The traffic acquisition is one of the most important reports in Google Analytics. It shows how you acquire the website visitors, i.e. whether they found you via organic search results, paid advertisement, your partner’s website, Facebook or any other source.

The Overview report groups these sources into channels as described in the screenshot below. To see detailed information about sources and the type of medium, go to “All traffic” and select “Source/medium”.

Screenshot of traffic sources in Google Analytics

4. Engagement of your visitors

Find out why your visitors bounce or interact with your website. Google Analytics displays basic engagement metrics in almost every possible report so you don’t need to jump from one table to another.

Every time you analyze the traffic sources, locations, devices, locations, landing pages or other data, you can see how these people engaged with your website.

Behavior metrics in Google Analytics

5. Conversion tracking

Running a business without tracking conversions is a road to hell. In Analytics, you can set up various types of conversions depending on your business type (signup forms, newsletter subscriptions, basket, purchase, etc.) and set their values.

When it comes to advanced features, you can link your product prices with Analytics via the E-Commerce feature.

6. Organic traffic analysis

Increasing the organic traffic is one of the major goals for every website owner. It can be analyzed as part of reports, mainly in the “Acquisition” or by using a predefined “Organic Traffic” segment.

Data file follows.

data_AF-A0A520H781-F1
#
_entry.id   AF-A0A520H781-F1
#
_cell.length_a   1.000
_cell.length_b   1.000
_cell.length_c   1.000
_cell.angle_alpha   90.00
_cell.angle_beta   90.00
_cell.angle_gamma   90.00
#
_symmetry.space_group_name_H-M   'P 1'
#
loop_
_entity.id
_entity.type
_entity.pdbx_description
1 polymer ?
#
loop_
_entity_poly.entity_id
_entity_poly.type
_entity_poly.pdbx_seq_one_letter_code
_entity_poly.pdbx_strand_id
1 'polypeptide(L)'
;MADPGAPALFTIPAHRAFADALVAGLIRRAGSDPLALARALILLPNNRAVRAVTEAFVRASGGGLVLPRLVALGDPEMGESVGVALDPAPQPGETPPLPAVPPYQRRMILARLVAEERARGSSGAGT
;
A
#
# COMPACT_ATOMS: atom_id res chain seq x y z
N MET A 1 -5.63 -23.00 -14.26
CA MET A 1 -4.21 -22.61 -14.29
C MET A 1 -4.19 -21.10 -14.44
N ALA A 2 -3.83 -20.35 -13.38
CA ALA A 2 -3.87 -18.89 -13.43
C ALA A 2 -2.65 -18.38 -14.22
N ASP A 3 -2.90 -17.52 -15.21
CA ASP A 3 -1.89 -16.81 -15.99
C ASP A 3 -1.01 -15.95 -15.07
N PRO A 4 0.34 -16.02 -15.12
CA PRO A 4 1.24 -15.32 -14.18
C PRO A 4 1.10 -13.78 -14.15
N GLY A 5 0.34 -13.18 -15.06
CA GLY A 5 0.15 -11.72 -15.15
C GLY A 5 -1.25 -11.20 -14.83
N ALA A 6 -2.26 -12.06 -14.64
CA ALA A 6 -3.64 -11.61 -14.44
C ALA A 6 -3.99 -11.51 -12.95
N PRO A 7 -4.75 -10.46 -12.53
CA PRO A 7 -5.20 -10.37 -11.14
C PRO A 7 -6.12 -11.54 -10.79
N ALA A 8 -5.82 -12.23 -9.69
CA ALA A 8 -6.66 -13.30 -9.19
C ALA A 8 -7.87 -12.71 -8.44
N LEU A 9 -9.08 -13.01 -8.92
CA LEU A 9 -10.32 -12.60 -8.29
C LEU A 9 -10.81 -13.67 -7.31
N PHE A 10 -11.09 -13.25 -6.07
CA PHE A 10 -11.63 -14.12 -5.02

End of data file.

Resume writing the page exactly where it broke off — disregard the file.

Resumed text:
This way, you can see all reports based on organic traffic statistics.

Predefined organic traffic segment in Analytics

7. Referral traffic analysis

Referral traffic reports tell you what number of traffic you earn from sources which mention your website. Google Analytics has two main options to see this data:

  1. The “Referrals” report in “Acquisition”
  2. The “Referral Traffic” predefined segment
How to see referrals in Google Analytics

8. Paid traffic analysis

When it comes to Google Ads, the best source of reporting is the “Google Ads” tab under “Acquisition” with the breakdown of campaigns, keywords and many other useful data. To see proper numbers, you need to connect your Analytics with Google Ads.

The best way to track the performance of all other paid campaigns is to set correct UTM parameters and track them in the “Source/medium” or “Campaigns” reports.